Yahoo! Inc. bans items of hate from auctions

On January 2nd, 2001, Yahoo! Inc. announced that it has decided to ban all items of hate from appearing onto its auction’s website. Such a change in its auction’s policy will thereby allow Yahoo! Inc. to conform  to a November 20th French court ruling ordering the U.S. based company to take appropriate measures to prevent French Internet users from accessing it’s auction website, deemed to be in violation of French law.

Richard Salis,
Law student, University of Montreal

In a surprise conclusion to a lengthy legal battle, Yahoo! Inc. announced on January 2nd, 2001, that it will cease to allow its users to display Nazi artifacts and other hate-related items on its online auctions site, stating the position that “it does not want to profit from items that glorified or promote hatred”.

Such a change in policy will begin as of January 10th,  and will thus allow Yahoo! Inc. to satisfy a French tribunal’s November 20th ruling, ordering Yahoo! Inc. to  either block French  users from accessing the offending websites  or be fined 100,000 francs ($13,000)  for every day thereafter that it is in violation of this order.  Yahoo! Inc.’s changes to its auction site comes despite a December 21st demand to a U.S. court to intervene on the grounds that the French court is operating outside its jurisdiction to impose sanctions on the website of a US company.

To prevent hate items from appearing on its auction site, Yahoo! Inc. will effectively screen out hate related items before they will be listed. Users who believe that their item(s) do not qualify as being hate related will be able to appeal such rejections to a human arbitrator.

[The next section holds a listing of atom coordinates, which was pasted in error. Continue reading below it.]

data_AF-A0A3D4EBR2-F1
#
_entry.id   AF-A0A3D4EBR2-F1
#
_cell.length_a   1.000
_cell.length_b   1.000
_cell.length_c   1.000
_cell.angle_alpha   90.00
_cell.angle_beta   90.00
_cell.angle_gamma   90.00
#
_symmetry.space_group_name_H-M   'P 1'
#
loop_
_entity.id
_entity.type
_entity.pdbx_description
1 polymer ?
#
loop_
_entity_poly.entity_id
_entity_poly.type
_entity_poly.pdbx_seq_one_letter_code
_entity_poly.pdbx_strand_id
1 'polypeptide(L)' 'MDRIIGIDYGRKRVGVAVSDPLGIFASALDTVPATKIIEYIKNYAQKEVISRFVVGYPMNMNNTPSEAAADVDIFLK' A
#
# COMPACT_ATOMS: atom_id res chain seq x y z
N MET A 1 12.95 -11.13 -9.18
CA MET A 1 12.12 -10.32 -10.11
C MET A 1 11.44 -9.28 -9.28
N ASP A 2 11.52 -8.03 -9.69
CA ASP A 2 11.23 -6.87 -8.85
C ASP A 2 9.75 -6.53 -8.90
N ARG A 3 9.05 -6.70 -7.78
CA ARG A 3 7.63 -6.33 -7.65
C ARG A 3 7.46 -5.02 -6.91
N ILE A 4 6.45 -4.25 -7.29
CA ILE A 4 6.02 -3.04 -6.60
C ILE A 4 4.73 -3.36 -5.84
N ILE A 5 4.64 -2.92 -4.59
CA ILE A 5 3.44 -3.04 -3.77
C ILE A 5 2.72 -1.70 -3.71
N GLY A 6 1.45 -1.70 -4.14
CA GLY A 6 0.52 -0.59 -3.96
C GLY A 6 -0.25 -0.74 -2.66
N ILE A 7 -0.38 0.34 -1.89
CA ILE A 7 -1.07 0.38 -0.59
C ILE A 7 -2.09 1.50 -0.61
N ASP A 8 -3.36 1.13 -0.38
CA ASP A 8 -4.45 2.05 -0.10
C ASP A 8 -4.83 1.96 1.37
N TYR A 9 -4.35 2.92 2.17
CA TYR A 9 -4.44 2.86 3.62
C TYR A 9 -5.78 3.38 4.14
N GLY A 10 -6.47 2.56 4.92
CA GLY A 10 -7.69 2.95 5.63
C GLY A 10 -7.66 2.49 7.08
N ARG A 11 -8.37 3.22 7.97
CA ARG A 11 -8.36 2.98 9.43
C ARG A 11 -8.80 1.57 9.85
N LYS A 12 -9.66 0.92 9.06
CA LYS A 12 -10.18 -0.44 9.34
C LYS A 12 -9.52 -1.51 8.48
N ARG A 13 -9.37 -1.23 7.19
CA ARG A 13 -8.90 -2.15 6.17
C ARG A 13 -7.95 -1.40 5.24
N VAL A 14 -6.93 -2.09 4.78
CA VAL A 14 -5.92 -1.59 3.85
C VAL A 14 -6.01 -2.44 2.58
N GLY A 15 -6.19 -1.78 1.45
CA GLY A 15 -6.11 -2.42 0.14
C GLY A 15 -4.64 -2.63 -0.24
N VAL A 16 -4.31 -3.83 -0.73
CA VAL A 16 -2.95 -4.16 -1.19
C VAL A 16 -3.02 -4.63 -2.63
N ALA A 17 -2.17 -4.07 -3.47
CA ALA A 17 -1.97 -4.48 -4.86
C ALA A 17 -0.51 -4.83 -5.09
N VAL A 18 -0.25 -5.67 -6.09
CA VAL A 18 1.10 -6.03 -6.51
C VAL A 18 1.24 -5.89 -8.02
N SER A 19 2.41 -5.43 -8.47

While supporting Yahoo! Inc.’s new policy, David  Kerr, Chief Executive of  the Internet Watch Foundation remains skeptical of how Yahoo! Inc.’s decision will lead to a reduction of the tremendous amount of hate related material on the Web. Kerr said that the Yahoo! Inc. change in policy was strictly an “ethical” decision and that it will only amount to “a drop in the ocean”.



>BBC News, “Yahoo hits back at Nazi ruling”, BBC News Online, November 21, 2000,

>John Naughton, “Yahoo! for brave French courts”, The Observer, November 26, 2000,

>The Associated Press, “Yahoo! to ban Nazi artifacts from auctions”, January 2, 2001,

>The Associated Press and Reuters, “Yahoo! Nazi auction ban welcomed”, January 3, 2001,


Juriscom.net est une revue juridique créée et éditée par Lionel Thoumyre
Copyright © 1997-2001 Juriscom.net / Copyright © 2000 LexUM